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Coalition urges legislators to raise minimum wage

Lawrence Pierce
Jamie Gudiel, a minimum wage worker from Morgantown, speaks on Wednesday to Raise the Wage West Virginia, a group working to increase the state's minimum wage.

CHARLESTON, W.Va. -- A state coalition is urging the West Virginia Senate to pass a bill that would increase the state's minimum wage.

Raise the Wage West Virginia met Wednesday to encourage senators to pass the legislation, which would raise the state's minimum hourly wage from $7.25 an hour to $8.75 by 2015.  The House of Delegates already approved the bill with an 89-5 vote.

Both House Democrats and Republicans voted for the legislation. Proposed federal legislation would increase the minimum wage nationally to $10.10 an hour.

Jamie Gudiel, a worker from Morgantown, came to Charleston on Wednesday to see the Senate discuss the pending state legislation. 

"A vote to raise the minimum wage holds the key to my family getting one step closer to our American dream," Gudiel said. "It wouldn't solve all our problems, but it gives us a chance at a more normal life."

Gudiel and her husband currently hold three minimum wage jobs in Morgantown. She holds two retail jobs, while her husband works as a landscaper.

"I get up at 6:30 every morning, drop my husband off to work, then drop our kids off at school and go to work myself.

"It is between 10 and 11 at night before I finally get home," she said.

I work on weekends too. I can give my kids a better quality of life.

"If the minimum wage was raised to $8.75 an hour, maybe I could quit one of my jobs. Working two jobs makes my quality of life non-existent," Gudiel said.

Gudiel said it is hard for her to find time to play with her children, cook for them and help them learn to read. Her children are 3, 5 and 8-years old.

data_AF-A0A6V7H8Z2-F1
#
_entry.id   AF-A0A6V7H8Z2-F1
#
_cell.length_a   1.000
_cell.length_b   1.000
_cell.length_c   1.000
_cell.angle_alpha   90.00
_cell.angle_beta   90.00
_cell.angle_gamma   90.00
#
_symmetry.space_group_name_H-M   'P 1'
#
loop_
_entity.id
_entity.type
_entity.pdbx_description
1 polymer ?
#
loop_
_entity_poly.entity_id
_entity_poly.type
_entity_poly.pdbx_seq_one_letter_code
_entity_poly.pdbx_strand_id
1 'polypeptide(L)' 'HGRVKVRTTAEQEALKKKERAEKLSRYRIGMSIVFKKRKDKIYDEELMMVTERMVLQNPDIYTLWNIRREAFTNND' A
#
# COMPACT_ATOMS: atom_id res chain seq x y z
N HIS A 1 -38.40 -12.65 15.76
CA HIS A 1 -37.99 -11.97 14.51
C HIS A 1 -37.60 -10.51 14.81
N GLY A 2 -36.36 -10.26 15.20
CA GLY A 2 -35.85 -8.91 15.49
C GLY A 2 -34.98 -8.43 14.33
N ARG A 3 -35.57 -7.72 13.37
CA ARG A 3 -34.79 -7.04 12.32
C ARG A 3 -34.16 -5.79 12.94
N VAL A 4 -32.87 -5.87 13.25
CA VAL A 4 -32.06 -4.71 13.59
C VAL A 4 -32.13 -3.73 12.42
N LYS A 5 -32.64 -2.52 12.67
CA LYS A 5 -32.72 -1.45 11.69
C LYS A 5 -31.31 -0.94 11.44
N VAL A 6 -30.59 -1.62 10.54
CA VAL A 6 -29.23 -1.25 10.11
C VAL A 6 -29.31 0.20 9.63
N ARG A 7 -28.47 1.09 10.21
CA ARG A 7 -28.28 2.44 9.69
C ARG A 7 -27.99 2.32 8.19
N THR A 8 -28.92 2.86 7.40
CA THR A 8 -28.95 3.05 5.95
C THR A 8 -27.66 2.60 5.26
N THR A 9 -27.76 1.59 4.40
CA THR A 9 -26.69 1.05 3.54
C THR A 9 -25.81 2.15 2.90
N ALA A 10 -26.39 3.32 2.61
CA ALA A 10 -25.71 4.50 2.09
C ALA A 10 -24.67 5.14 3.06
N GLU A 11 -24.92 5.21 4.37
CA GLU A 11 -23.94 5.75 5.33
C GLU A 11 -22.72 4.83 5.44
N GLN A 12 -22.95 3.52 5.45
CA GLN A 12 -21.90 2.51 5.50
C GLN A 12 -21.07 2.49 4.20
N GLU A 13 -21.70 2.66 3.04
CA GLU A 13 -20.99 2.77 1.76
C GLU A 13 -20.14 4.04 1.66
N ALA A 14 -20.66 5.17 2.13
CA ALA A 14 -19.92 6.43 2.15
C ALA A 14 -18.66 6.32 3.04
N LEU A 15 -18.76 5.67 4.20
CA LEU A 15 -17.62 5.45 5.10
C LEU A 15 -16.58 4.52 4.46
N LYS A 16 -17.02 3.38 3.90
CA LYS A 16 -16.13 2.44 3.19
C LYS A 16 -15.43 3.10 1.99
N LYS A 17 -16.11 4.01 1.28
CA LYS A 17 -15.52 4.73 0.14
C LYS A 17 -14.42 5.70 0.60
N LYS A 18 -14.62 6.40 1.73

"Raising the minimum wage after so many years is just an act of fairness, and act of justice," the Rev. Jeff Allen, director of the West Virginia Council of Churches, said. "Increasing the minimum wage will provide a boost to the economy of the state.

"And they are real dollars that will stay in the state," Allen said, adding that if the minimum wage paid in 1975 was simply adjusted for inflation, that wage would be $10.73 an hour today.

Ted Boettner, executive director of the West Virginia Center on Budget and Policy, said raising the minimum wage would strengthen the economy.

"One half of all the income gains over the past 30 years have gone to the top one percent," Boettner said. "Fewer people are purchasing things. To have a strong economy, you have to have strong wages. Give people an honest day's pay for an honest day's work.

"If West Virginia raised its minimum wage to $10.10 an hour, it would reduce SNAP enrollment by 25,000 and SNAP expenditures by $45 million in West Virginia," Boettner said.

The Supplemental Nutrition Assistance Program (SNAP) run by the U.S. Department of Agriculture helps millions of low-income individuals and families. It is the largest program in the domestic hunger safety net.

Boettner cited a report released on Wednesday by the Center for American Progress entitled, "The Effects of Minimum Wages on SNAP Enrollment and Expenditures." (The report can be read at: http://www.americanprogress.org.)

"A minimum wage increase that lifts many families out of poverty," the report states, would "reduce public expenditures on this [SNAP] program."

The report also stated, "Raising the [national] minimum wage to $10.10 per hour would lower government spending on federal nutrition assistance by $46 billion over the next 10 years."

Reach Paul J. Nyden at pjnyden@wvgazette.com or 304-348-5164.

     


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